As the year winds down, it’s time to start looking at 2024 and what the year could mean for local organizations. It’s likely that most businesses are putting together their operational plans and marketing budgets, and all of that is certainly important, but there are some major situations at play that could cause your business to suffer from major losses and rack up huge expenses if decision-makers aren’t prepared for it.
Businesses face a lot of threats, but ransomware stands out amongst them all. It’s certainly one of the scariest threats out there, as it seems we need to include it every time we discuss cyberthreats. Unfortunately, we really do need to, for one simple reason.
Perhaps the most dangerous and notorious modern malware, ransomware affects businesses and industries without any regard to size or scope. It can even impact individual users and get away with it. We urge businesses to consider the other dangers associated with ransomware beyond just paying the ransom, as they extend far beyond and could have lasting impacts on your operations.
There are some security issues that businesses are much more likely to experience than others, including the following. Let’s go over how you can protect your organization from these challenges and why it is so important that you take precautions now, before it’s too late.
We throw around the term “ransomware” an awful lot, and while we’re confident that most people have some level of familiarity with the concept at this point, it is important that we acknowledge that not everyone has our experience in dealing with it. As such, we wanted to answer some of the questions we hear fairly often about ransomware.
The headlines hyping up ransomware as a dangerous threat are not exaggerating. It really is as bad as it seems, although there is often a fair amount of embellished information on what ransomware exactly is and what it does. Let’s take some time to review what ransomware is and how your business can handle it in an appropriate way.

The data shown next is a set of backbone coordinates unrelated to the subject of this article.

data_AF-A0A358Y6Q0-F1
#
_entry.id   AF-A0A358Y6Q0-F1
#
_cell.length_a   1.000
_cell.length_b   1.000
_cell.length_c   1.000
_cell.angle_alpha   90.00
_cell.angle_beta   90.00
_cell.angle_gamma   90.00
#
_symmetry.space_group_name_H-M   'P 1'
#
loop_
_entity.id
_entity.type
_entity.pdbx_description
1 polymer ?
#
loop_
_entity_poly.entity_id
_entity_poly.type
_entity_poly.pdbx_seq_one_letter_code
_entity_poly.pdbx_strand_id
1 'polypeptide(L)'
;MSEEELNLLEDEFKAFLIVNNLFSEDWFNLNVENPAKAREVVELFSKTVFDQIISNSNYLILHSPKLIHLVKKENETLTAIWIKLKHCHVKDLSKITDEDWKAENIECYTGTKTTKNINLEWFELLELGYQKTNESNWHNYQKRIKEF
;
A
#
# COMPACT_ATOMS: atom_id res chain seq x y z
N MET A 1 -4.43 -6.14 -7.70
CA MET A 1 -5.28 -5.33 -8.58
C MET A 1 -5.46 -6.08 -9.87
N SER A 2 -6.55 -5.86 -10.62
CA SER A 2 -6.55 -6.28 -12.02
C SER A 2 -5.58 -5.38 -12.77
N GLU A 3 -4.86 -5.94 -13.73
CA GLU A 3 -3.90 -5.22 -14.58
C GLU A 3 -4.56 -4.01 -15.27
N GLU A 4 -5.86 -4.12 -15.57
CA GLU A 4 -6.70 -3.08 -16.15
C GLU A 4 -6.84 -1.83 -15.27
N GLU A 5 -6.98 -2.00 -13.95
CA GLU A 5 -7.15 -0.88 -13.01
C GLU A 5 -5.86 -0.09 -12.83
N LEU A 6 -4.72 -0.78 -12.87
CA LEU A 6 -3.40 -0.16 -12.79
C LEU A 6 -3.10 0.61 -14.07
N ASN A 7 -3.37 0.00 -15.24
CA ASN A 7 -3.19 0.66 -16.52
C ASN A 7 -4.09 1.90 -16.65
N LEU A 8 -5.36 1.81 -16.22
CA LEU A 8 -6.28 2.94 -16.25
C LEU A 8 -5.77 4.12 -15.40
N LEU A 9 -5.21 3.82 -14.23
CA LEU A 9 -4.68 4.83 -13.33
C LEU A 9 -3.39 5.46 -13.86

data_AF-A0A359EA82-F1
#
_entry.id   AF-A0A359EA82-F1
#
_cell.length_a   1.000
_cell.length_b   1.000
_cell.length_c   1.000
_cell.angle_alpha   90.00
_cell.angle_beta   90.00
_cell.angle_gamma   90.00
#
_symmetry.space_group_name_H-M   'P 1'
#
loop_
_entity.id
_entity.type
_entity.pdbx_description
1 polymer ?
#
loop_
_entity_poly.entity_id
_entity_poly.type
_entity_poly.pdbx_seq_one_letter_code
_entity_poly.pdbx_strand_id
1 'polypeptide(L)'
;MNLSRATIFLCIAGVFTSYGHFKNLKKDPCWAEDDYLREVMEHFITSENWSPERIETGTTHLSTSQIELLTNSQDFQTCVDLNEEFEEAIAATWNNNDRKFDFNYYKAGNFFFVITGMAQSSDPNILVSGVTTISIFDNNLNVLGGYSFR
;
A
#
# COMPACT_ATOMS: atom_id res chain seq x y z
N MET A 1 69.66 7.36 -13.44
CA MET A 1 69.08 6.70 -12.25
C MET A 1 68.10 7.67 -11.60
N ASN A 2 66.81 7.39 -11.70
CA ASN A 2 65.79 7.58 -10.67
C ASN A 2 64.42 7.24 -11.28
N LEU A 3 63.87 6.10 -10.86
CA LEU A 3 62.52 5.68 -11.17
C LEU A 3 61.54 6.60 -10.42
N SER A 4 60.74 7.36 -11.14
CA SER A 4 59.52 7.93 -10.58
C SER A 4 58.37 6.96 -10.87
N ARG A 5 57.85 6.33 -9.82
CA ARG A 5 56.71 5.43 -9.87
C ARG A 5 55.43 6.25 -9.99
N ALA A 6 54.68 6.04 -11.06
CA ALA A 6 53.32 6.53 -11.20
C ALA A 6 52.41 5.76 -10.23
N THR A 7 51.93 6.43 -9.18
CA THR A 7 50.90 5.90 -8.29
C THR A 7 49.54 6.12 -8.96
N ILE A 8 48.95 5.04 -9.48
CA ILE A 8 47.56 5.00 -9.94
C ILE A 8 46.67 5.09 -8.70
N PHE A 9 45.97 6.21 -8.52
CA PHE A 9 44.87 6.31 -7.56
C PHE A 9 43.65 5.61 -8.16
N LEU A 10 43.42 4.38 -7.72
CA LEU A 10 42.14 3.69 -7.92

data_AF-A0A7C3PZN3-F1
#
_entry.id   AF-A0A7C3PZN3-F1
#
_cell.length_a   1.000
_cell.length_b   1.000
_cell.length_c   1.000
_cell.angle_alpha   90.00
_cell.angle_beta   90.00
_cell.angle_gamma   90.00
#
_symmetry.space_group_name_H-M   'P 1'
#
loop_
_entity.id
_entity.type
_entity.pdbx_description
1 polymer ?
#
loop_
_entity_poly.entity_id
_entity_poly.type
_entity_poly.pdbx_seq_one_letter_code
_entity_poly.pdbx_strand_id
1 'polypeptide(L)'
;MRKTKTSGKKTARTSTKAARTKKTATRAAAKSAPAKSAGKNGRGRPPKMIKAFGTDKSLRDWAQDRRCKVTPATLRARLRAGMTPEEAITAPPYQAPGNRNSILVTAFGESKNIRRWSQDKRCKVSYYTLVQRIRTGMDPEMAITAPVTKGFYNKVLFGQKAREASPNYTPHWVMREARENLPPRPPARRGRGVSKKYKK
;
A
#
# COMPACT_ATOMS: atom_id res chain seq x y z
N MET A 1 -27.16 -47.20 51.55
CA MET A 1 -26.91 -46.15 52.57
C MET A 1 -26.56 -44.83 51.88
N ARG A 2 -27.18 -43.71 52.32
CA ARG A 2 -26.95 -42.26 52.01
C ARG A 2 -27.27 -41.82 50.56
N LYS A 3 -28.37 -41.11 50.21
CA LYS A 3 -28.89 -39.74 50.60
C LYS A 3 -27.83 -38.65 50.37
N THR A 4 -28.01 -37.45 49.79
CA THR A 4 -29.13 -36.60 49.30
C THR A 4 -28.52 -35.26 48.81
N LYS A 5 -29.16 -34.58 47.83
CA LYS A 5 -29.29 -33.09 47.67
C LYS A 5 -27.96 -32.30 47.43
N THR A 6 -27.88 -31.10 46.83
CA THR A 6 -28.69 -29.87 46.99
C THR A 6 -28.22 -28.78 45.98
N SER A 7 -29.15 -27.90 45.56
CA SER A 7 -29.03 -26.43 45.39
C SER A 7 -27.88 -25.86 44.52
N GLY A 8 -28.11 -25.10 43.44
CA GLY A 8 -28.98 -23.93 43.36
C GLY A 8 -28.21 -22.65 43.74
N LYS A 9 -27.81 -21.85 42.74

It sincerely seems that every other day features news of another cyberattack, and it isn’t uncommon for the word “ransomware" to be tossed around an awful lot. Let’s take a few moments to go over—or review—what ransomware is, and arguably more importantly, how to handle any you or your team encounters.
Ransomware is an incredibly potent threat that has ravaged the cybersecurity landscape for several years now. Many users who get struck by ransomware feel like they have no choice but to pay the ransom, but others have banded together to create a community of resilience in the face of such a threat. Thanks to the efforts of one particular agency, victims of malware can enjoy access to malware removal tools for free.
We apologize for the pun, but we couldn’t help ourselves.
When you go about your business and attempt to onboard a new client or implement a new tool for your company, you spend time getting to know what your business is doing and why. Well, a newly formed ransomware group will spend up to two weeks mapping your network before launching its attacks, making it a potent threat actor that you should keep an eye out for on your business network.